Spring in the Land of Light
languishing in hammocks tied to the mangroves
canvas boatmen tell me parts of their story...
"We came for a year and stayed fifty."
Small enterprises beginning on the flats,
half crabs shifting house, tidal winds
drawing out a wrinkly sun,
a folded bath mat on the linoleum.
"Ships have been made here over five hundred years
long trees knocked down and rolled to the water."
Soil followed, slipped between palms,
blocking up the estuaries, paid out farms,
landlocked and roadless, a kingdom for de Thierry.
"They signed the Treaty here too, a second time,
in Mangungu Methodist Mission House and cemetery,
the rules then, that you could keep what you cut out,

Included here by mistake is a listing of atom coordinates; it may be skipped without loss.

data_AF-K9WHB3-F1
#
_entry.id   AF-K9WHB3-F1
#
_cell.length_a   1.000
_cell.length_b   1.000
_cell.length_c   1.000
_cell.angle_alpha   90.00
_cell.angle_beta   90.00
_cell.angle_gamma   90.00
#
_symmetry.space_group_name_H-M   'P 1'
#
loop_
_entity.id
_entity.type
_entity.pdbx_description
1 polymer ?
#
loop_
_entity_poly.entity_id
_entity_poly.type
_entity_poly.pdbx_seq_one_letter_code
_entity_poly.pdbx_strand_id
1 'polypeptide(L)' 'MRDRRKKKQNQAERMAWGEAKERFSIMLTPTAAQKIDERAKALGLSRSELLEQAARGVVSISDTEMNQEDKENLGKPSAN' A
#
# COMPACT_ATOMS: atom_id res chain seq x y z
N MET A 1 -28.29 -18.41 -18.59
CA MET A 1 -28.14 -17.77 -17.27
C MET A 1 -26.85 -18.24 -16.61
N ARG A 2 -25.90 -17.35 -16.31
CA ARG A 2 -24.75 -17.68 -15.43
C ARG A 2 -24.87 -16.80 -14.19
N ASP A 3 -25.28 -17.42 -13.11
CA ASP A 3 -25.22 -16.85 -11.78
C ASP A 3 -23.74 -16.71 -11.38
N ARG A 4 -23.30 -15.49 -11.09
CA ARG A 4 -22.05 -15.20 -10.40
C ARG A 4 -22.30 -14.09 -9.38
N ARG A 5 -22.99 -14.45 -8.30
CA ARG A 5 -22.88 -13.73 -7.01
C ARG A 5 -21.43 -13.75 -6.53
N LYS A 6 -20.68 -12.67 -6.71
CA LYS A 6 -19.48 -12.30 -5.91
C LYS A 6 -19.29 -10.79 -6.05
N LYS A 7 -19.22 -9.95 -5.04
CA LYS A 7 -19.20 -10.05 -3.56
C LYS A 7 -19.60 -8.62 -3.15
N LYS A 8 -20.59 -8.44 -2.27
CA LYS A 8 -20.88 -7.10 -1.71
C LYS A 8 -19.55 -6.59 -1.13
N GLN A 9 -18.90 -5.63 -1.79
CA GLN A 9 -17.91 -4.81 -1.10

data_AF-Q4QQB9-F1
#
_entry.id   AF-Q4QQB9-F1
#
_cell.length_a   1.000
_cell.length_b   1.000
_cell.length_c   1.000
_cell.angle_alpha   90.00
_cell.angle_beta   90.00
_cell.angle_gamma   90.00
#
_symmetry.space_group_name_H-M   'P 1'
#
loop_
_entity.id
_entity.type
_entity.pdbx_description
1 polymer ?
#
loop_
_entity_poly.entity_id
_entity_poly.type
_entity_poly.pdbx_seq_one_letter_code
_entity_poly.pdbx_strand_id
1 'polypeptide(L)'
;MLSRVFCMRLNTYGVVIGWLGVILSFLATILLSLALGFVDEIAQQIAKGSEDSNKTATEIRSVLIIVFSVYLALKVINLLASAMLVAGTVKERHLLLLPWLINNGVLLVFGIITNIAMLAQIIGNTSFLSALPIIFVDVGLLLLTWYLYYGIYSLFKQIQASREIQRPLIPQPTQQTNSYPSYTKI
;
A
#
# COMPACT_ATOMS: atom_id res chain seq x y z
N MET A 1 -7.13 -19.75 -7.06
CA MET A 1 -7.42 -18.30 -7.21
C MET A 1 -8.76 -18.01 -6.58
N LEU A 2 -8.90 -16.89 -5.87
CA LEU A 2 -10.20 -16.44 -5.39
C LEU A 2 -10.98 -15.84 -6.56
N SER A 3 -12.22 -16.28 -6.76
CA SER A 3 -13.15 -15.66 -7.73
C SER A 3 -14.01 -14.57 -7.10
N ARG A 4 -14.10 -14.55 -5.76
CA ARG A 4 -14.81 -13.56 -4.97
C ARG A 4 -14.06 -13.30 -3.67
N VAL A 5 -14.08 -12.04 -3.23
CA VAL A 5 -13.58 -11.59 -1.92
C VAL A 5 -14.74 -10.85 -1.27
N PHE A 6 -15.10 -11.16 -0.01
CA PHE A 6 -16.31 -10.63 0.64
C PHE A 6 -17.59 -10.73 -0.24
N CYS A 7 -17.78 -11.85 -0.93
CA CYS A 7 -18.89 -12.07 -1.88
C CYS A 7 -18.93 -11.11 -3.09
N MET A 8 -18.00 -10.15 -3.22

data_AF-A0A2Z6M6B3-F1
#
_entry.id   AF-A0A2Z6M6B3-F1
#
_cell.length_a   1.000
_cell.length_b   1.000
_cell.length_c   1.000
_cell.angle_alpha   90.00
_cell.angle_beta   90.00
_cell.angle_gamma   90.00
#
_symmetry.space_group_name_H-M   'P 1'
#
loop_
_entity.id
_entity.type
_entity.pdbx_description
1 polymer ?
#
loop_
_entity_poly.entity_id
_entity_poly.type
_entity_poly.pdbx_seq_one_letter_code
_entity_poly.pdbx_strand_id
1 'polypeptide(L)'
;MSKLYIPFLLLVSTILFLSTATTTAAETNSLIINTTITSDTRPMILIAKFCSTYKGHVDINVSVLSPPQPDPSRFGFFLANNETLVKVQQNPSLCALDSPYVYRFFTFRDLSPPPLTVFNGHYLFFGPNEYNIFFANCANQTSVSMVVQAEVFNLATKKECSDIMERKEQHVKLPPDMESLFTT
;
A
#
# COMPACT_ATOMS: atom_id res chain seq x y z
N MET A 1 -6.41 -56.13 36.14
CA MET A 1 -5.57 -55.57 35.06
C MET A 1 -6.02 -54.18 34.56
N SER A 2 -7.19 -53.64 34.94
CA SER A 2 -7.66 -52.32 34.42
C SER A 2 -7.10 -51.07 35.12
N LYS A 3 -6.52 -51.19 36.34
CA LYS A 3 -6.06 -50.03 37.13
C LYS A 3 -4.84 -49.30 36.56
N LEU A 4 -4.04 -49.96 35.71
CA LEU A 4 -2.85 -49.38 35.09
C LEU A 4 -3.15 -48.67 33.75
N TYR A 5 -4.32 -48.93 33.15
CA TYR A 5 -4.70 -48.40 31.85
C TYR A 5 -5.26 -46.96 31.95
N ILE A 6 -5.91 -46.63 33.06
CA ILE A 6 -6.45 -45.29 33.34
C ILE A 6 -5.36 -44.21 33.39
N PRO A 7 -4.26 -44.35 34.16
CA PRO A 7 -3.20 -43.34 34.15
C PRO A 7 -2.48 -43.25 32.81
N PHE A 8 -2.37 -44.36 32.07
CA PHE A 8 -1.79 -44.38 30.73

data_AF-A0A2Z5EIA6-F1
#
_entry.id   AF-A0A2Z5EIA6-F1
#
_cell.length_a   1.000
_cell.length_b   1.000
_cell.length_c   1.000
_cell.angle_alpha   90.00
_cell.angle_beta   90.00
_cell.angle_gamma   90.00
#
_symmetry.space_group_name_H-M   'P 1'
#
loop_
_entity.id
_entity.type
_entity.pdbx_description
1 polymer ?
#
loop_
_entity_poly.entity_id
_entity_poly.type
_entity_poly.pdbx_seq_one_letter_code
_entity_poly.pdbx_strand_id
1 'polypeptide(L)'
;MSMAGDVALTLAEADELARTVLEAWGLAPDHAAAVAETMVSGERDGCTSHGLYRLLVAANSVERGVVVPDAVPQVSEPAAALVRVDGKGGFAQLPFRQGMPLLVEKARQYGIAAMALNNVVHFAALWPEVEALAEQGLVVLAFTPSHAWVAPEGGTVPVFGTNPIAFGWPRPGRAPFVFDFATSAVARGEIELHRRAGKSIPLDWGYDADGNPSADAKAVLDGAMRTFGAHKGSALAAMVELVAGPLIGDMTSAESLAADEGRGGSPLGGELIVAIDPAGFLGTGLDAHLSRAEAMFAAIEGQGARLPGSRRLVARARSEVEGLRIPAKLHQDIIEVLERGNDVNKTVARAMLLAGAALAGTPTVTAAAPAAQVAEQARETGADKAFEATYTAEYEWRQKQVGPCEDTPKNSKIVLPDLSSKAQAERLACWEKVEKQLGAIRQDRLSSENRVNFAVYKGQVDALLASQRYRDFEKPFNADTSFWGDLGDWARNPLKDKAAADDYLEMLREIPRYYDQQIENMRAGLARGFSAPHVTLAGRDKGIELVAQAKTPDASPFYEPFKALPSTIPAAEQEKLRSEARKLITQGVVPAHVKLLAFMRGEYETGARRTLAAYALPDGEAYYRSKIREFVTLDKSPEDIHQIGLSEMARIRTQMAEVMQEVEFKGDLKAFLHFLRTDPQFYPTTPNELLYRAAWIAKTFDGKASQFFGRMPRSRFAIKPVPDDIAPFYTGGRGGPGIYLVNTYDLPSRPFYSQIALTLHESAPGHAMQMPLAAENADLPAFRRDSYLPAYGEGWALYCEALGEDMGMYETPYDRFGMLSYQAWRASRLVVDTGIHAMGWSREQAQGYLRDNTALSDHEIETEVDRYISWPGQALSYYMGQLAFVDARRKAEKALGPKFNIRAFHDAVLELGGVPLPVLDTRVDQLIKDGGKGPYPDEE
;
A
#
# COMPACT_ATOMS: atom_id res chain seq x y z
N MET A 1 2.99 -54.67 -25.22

the Treaty being the biggest saw of them all, and still is."
I ask after their captain, another McDonnell or White,
divided time between timber and spirit, disappearing
promises stuck in the saltmarsh, sulphur and sawdust,
still leaking poison into the harbour, the old currents.
Their voices are bitter from the salt but the sun remains
high above trustees of Tane working in the forest again,
rebuilding their land with enough room for more sailors,
first beached in the mangals, now waiting on a tide,
their release and ours turning with a new season.